Galveston City Council members will face a hard decision later this month if, as expected, they consider banning new duplexes and multifamily homes in single-family residential zoned districts and historic districts such as the East End, Silk Stocking and Lost Bayou.
The provision is among several changes proposed in city land-use development regulations that council members ultimately will have to vote up or down.
We predict council members will feel acute pressure to approve this ordinance because the council has been criticized by a bloc arguing it has done too much for tourists and not enough for the neighborhoods. That argument has gotten some traction among voters, as was seen in the outcomes of recent city council races.
While approving this ordinance might be an expedient way to blunt some of that criticism, we urge the council to look deeply at, and weigh carefully, the objective pros and cons the issue presents.
There are some clear upsides of the proposed ordinance. The clearest and most objective is that the ban would help keep parking from becoming a bigger problem than it already is, which is pretty bad, especially in the historic districts. Among the less objective arguments is that the rule would help maintain the integrity of Galveston’s oldest homes and preserve the charm of the historic neighborhoods.
The historic districts already have rules protecting the exterior integrity of historic houses, and charm is in the eye of the beholder. Some people might justifiably find charm in a neighborhood including young people and young families who couldn’t afford to live there were it not for multi-family housing.
Which gets to the downsides, of which there are several.
The ban could create a serious disincentive for people who otherwise might be willing to buy and maintain a historic house. Doing that already comes with a whole lot of disincentive, which is why historical properties all over Galveston are slowly returning to ashes and dust.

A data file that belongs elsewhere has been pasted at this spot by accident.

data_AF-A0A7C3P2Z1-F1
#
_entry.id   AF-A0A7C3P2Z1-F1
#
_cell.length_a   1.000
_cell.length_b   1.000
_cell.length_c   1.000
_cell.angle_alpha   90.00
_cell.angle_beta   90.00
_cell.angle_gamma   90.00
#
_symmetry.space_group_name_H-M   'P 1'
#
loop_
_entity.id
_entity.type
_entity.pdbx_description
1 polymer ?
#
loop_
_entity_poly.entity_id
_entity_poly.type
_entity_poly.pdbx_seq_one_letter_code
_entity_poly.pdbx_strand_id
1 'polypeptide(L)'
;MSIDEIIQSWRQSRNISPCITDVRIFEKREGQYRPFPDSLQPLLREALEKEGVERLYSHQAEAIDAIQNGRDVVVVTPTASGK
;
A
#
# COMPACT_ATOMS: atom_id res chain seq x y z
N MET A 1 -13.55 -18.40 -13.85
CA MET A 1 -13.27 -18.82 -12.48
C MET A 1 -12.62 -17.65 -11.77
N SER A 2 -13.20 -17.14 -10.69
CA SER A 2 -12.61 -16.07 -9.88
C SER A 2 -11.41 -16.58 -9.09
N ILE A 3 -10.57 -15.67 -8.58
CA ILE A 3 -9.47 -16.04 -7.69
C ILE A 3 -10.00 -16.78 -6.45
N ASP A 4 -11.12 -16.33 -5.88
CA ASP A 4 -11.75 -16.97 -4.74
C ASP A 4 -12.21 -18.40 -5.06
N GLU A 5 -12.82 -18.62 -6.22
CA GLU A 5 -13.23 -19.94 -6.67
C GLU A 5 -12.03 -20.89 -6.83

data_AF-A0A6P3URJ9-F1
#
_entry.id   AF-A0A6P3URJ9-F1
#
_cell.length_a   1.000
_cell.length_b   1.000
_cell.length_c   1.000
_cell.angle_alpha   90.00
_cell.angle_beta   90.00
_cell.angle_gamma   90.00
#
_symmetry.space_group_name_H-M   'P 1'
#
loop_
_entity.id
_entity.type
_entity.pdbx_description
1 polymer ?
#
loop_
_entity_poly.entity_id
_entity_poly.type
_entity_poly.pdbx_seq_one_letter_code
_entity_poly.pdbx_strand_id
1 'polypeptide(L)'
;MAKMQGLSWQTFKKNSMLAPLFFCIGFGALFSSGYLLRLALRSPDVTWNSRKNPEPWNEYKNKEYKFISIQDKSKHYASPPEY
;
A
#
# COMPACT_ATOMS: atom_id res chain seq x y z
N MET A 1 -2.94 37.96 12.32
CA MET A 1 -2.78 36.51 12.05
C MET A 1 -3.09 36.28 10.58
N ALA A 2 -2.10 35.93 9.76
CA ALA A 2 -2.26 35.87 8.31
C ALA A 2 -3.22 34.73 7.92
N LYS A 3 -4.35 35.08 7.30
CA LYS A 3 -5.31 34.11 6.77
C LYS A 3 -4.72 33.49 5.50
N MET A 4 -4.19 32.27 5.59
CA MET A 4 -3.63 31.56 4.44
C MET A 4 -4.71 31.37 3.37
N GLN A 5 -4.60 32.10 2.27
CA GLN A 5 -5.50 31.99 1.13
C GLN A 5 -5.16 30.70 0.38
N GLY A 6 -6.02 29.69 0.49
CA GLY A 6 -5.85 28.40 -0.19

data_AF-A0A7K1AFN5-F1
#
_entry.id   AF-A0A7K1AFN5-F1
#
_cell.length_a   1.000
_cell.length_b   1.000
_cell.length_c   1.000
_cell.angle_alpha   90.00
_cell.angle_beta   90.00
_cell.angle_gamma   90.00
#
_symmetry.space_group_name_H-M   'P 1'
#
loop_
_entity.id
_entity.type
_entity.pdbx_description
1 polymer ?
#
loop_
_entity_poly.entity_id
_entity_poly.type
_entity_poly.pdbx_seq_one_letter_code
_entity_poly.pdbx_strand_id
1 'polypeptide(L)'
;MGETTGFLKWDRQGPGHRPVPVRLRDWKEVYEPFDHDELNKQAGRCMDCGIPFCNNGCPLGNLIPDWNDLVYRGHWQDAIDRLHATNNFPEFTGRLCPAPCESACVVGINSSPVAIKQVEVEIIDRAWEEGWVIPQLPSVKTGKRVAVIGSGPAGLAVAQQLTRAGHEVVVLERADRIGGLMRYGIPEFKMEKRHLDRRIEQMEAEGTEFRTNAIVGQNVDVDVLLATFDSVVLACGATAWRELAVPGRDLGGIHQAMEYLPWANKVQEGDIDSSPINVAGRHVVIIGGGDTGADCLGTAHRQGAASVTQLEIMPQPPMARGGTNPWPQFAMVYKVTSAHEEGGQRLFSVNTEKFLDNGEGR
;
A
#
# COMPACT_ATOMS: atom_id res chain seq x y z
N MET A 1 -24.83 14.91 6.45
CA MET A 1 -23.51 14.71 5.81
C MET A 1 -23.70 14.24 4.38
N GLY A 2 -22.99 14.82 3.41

The ban also runs counter to the practice of battling development sprawl by encouraging population density. Residents who oppose development often note there’s a small, finite amount of land on the island, which is true and raises questions about the proposed ban.
Council members should consider whether a vote for the ban is also a vote for more multi-family housing on the West End.
Opponents of the ban have argued it would worsen a shortage of affordable housing on the island. That argument strikes us as obviously valid and as the most compelling argument against the ban.
Although it has been demonized, affordable housing is not a bad thing. It’s an essential thing because that’s where live people who do the jobs necessary to make a city tick.
Galveston is a vibrant, living city, rather than a sterile facsimile of a city, because it has a diverse population in terms of race, age and income, among a lot of other characteristics.
We know from experience that many of the most energetic and interesting people in Galveston live now, or began their residency, in an East End duplex or fourplex.
Council members need to ask themselves what effect this ban would have on those essential aspects that make the city a city.
• Michael A. Smith